C. Time is not a constraint for Buyer. E.g- small IT refunds, voter ID card

So, it is important to define the 'Stipulated time', clearly. Private sector is used to providing goods and services in a time bound manner, so its high time that public sector learns this trait too.

Usually the Time Constraint can be reduced by using Internet Technology ( thus avoiding any chances of discretionary powers to decide who came first in the que). However poor internet penetration is still an issue, which can be and is being resolved though unknowingly by the private sector in an unplanned way.

B.3) At the lowest possible price -

A. By paying the 'stipulated price',the buyer is benefiting. E.g Train ticket.
B. The Buyer cant pay the 'stipulated price', i.e he will run into losses, if he does. E.g Poor migrated taxi driver, mixing Kerosene with Petrol, Hawker selling goods on road side

C. The Buyer can pay the 'stipulated price', but he wants to maximize his profits. E.g. Traffic rule violation fine, late fee etc.

So, the Buyer should have incentive to remain in category A above, however there will always be people in category C. This can be tackled in two drastically different manners, one by reducing the stipulated price, so that the incentives for paying bribe reduces such as low cost postal stamps, bus or general class train tickets. AND by increasing the stipulated price, so that the instances of violation, deviations reduces in individual's self interest, e.g high fine for traffic violation, high penalties for small instances of crime.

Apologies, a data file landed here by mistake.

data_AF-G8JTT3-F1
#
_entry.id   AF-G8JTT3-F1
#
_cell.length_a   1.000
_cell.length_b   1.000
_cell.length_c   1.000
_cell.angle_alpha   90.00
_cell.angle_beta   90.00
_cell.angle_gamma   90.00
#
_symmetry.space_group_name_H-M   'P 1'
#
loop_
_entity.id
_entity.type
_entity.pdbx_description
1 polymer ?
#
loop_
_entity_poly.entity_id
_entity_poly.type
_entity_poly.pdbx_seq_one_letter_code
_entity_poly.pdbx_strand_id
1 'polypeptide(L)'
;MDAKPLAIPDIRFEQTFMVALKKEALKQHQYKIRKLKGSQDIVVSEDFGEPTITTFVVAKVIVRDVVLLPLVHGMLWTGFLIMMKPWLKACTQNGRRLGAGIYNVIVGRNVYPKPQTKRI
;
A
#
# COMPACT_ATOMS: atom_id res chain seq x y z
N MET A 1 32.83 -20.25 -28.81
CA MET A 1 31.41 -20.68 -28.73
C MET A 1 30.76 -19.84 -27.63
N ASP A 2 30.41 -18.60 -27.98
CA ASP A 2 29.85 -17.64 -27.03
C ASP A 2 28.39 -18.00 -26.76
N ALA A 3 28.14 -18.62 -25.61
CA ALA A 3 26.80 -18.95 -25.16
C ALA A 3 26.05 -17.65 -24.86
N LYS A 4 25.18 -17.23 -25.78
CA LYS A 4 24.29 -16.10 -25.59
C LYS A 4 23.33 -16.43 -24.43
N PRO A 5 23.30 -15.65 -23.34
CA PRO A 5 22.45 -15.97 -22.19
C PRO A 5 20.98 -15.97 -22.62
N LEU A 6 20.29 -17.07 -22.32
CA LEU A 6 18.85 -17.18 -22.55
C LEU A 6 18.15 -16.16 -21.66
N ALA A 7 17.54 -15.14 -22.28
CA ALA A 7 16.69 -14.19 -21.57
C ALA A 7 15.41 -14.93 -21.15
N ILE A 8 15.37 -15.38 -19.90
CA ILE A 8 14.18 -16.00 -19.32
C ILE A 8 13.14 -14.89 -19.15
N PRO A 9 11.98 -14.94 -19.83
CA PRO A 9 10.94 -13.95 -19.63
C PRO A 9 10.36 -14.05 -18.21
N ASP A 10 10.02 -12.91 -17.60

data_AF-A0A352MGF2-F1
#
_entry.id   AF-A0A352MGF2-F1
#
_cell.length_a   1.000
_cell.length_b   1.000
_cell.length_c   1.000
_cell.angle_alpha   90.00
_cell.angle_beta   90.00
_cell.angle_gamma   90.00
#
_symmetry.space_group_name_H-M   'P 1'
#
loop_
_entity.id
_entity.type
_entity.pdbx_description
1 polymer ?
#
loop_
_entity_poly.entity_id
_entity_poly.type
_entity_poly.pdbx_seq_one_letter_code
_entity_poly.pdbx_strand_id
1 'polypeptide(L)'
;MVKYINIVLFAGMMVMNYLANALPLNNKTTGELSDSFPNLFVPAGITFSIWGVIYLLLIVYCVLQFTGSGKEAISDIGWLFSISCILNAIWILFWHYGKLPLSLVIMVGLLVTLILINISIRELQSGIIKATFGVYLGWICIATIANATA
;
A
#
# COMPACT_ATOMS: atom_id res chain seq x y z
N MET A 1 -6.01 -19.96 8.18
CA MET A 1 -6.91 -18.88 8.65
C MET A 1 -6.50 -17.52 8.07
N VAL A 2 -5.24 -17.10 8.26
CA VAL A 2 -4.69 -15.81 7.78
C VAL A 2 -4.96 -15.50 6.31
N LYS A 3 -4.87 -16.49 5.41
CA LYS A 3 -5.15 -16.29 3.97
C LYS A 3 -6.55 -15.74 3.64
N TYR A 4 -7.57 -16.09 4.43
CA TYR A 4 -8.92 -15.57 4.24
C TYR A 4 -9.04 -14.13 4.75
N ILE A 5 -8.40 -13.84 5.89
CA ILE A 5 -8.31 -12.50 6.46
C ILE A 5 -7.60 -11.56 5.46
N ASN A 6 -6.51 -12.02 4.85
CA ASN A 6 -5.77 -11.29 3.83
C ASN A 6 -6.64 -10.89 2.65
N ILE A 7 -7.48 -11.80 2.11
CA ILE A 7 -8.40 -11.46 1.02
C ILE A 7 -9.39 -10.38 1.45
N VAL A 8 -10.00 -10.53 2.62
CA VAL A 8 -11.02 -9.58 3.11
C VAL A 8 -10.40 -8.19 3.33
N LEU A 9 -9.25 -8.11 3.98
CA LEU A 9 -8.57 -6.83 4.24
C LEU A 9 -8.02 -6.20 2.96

Cases in category C needs to be looked into more holistic manner with a reasonable Socialistic approach. Such as reducing the migration to cities by creating better life and employment opportunities in towns and villages, thus reducing the no. of unemployed, frustrated, misguided individuals in towns and cities and thus reducing crimes and associated corruption. By rehabilitating ALL street hawkers, road side sellers to a permanent market place, many direct and indirect crimes and associated corruption will reduce drastically. Easier said then done, but unfortunately there are no short cuts to this.


The Sellers Offerings

S.1.) The Exclusivity (in Public Sector) - the Seller knows that he has exclusive rights to sell some/all goods and services in that particular area. E.g Ration shop, Water Supply department etc.

The UID project will reduce exclusivity and hence will force Seller to behave professionally, thus reducing
corruption significantly. Providing more and more services online will also reduce the human intervention
and the human discretion, thus reducing opportunities to indulge in corrupt practices.

S.2) Competitive Scenario - if the Seller knows that the Buyer has a choice, he will try to maximize his Sale Price, which convinces Buyer to Buy the Goods and Services from him and not from his competitors. E.g Private Banks, Road and Airport operators have improved the quality of the infrastructure and quality of services offered.

Scenarios applicable in both S.1 and S.2 situation-

A) The Seller can provide goods and services easily, meeting ALL the expectations of Buyers.

B) The Seller is undergoing constraints (financial, time, resource) and hence wont be able meet expectations of ALL the Buyers. Hence will use his discretionary powers on which Buyers to Serve.